When we live by this faith, we say to Our Lord: “I love Thee, I adore Thee, I give myself to Thee by my submission to Thine every will, by leaving all that Thou does desire of me; I wish to live in complete dependence on Thee.” Then Christ takes us by the hand and draws us close union with Himself.
Moreover, faith in the Divinity of Jesus produces great confidence in our souls. His merits are those of a God, therefore they are infinite, and they are ours, we may dispose of them. His redeeming blood can blot out all our sins and all our infidelities; we may hope for all the graces of which we have need, for He intercedes for us.
United to His intercession and clad with His merits, let us not fear to draw nigh to the Father and to speak to Him, in the Name of His Son, with unshaken and boundless trust.
Blessed Columba Marmion, OSB
Revue Liturgique et Monastique

Prayer: raising one’s heart and mind to God

Moses vs Amalekites.jpgIt would be a pity to forget last Sunday’s first
reading where we read of Moses’ role as mediator of God’s saving plan.

In the
book of Exodus we were reminded that Moses had concern for the salvation of his
unbelieving countrymen, and therefore he asked that God show His compassion
towards sinful Israel (see Exodus 32-34). The raising of Moses’ hands in
prayer, while dramatic, is not a biblical example of a magical Wizard of Oz. It is, however, a posture that invites all of us to pray using our God-given body and as a group as it is more effective in
expanding our own heart for God’s grace and power.

The teaching of the Church
as it is given to us in the Catechism of the Catholic Church cites Saint John
Damascene’s definition of prayer as “…the raising of one’s mind and heart to
God or the requesting of good things from God.” The Catechism speaks of
biblical types of prayer, such as ‘the prayer of Moses [that] responds to the
living God’s initiative for the salvation of His people. It foreshadows the
prayer of intercession of the unique mediator, Christ Jesus’ (2593).

St Dominic in prayer.jpg

Do we
raise our hands in prayer? What posture of prayer do we use? Do we use our body in praying? Are you too stiff and scared in your manner of praying? 

Recall that one of
the “Nine Ways of Prayer” given to us by Saint Dominic de Guzman is the raising
of hands in prayer. The 6th and 7th Ways of Prayer are directly connected with the living of the Beatitudes and the spirituality of the Cross. Outstretched hands in the form of a cross became a familiar way of praying for Saint Dominic (and his followers) that he believed was inspired by God not only at Mass but also when he was praying for someone’s healing or being being raised from the dead.

Catholics of the Latin Church are often too reserved, perhaps even too rigid, in their posture of prayer versus what is seen in Eastern Christianity where the extension of hands in prayer is one of many postures used in the sacred Liturgy and in private. This particularly seen in praying the Lord’s Prayer and other prayers of penitence and before the reception of Holy Communion.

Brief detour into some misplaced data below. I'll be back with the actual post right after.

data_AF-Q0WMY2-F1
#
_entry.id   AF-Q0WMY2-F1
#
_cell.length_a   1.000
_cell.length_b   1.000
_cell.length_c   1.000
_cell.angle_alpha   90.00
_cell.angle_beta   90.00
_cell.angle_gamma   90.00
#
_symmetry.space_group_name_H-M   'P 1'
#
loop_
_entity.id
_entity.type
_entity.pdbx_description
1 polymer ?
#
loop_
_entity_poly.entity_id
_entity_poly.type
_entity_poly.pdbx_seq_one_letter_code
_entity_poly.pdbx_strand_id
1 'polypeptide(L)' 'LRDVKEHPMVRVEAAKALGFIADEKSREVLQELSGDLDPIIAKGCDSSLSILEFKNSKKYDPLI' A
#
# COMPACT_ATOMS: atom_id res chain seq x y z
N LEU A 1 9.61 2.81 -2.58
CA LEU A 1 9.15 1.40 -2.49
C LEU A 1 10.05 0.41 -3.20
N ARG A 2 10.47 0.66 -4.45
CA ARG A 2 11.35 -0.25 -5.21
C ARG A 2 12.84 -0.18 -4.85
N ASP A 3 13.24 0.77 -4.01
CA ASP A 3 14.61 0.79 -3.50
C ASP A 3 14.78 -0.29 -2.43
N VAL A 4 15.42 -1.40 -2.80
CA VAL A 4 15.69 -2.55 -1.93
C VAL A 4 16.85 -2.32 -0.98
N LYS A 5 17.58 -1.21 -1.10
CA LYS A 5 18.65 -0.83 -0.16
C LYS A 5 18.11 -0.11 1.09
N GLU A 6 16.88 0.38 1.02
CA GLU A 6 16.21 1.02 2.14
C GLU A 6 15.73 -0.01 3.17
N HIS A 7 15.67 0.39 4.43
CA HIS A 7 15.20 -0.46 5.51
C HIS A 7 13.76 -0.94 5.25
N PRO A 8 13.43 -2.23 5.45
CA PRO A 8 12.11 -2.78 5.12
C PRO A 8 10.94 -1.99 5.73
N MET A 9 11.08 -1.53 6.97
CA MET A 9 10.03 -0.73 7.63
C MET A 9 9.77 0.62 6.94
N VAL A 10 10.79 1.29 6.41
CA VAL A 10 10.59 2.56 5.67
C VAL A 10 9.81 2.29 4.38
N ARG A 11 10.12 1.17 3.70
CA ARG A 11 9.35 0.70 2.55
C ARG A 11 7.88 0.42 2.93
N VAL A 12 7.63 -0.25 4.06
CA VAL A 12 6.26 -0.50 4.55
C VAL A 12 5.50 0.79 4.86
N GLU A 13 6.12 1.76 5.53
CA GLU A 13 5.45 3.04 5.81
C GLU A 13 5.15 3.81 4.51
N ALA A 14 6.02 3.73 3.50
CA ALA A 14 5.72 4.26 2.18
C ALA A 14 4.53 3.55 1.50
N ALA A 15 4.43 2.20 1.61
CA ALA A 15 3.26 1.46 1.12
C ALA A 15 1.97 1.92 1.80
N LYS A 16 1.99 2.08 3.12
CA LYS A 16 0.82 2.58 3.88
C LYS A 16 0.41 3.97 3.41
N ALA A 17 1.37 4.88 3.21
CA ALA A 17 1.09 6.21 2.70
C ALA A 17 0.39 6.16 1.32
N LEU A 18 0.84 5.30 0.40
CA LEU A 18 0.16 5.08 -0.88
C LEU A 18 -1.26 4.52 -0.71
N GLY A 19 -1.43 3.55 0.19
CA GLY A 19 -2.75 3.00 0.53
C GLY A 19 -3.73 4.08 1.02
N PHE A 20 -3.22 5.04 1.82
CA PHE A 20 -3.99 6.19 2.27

So, can we follow the example of Moses and Saint Dominic in speaking and listening to God? 

Capuchins Open Center in Jerusalem

The Order of
Capuchin Friars Minor opened a center for spirituality and formation for
religious and laypeople who want to attend courses and retreats in that region.
The center, which is inspired by the motto, “I am the light of the
world,” was inaugurated 28 September 2010.

At the inauguration ceremony,
Archbishop Fouad Twal, Latin patriarch of Jerusalem, noted that this light is
the witness that believers make to those around them. He added that this idea
“is a topic of our next synod,” which will take place in Rome,
beginning Sunday, and will focus on the Middle East.

“In Jerusalem, we can
count on hundreds of religious congregations, 14 of which are contemplative
communities,” the prelate said. “They are the strength and richness
of the Latin Catholic Church.” He continued: “Today we inaugurate a
new center for spirituality and welcome, thanks to the goodwill of our beloved
Capuchins, a center called to be light.” “True Christians influence
the world around them and reflect the light of the Lord,” the archbishop

The property where the center is located belonged to the Capuchin
order since the 1930’s, when Archbishop Luigi Barlassina invited the religious
to build a convent in the Jewish area of Jerusalem.

However, the friars had to
leave Jerusalem during World War II, putting the project on hold. The property
was taken over by the state for a psychiatric hospital. The Capuchin center
project was later revived in the 1990’s.

Present at the inauguration ceremony
were: Fr. Mauro Jöhri, Capuchin General Minister and the entire Definitory; His
Beatitude, Archbishop. Fouad Twal, Latin Patriarch of Jerusalem; Archbishop
Antonio Franco, Apostolic Delegate in Jerusalem and Apostolic Nuncio in Israel;
Fr. Pierbattista Pizzaballa, OFM, Custos of the Holy Land; Bishop
Francesco Beschi, Bishop of Bergamo; the Capuchin Order’s Legal Representative,
the General Bursar, the Capuchin Provincial Minister of Venice, other
Franciscan Provincials.

The renovation was made possible by a number of
benefactors, with a considerable contribution from the Cariplo Foundation.

A photo
of the center’s dedication is here.

The Latin Patriarch of
Jerusalem posted a story on
the center

Zenit carried a story on this center.

story is reposted and edited from Capuchin Newsnotes, 13 October 2010)

About the author

Paul A. Zalonski is from New Haven, CT. He is a member of the Fraternity of Communion and Liberation, a Catholic ecclesial movement, and an Oblate of Saint Benedict. Contact Paul at paulzalonski[at]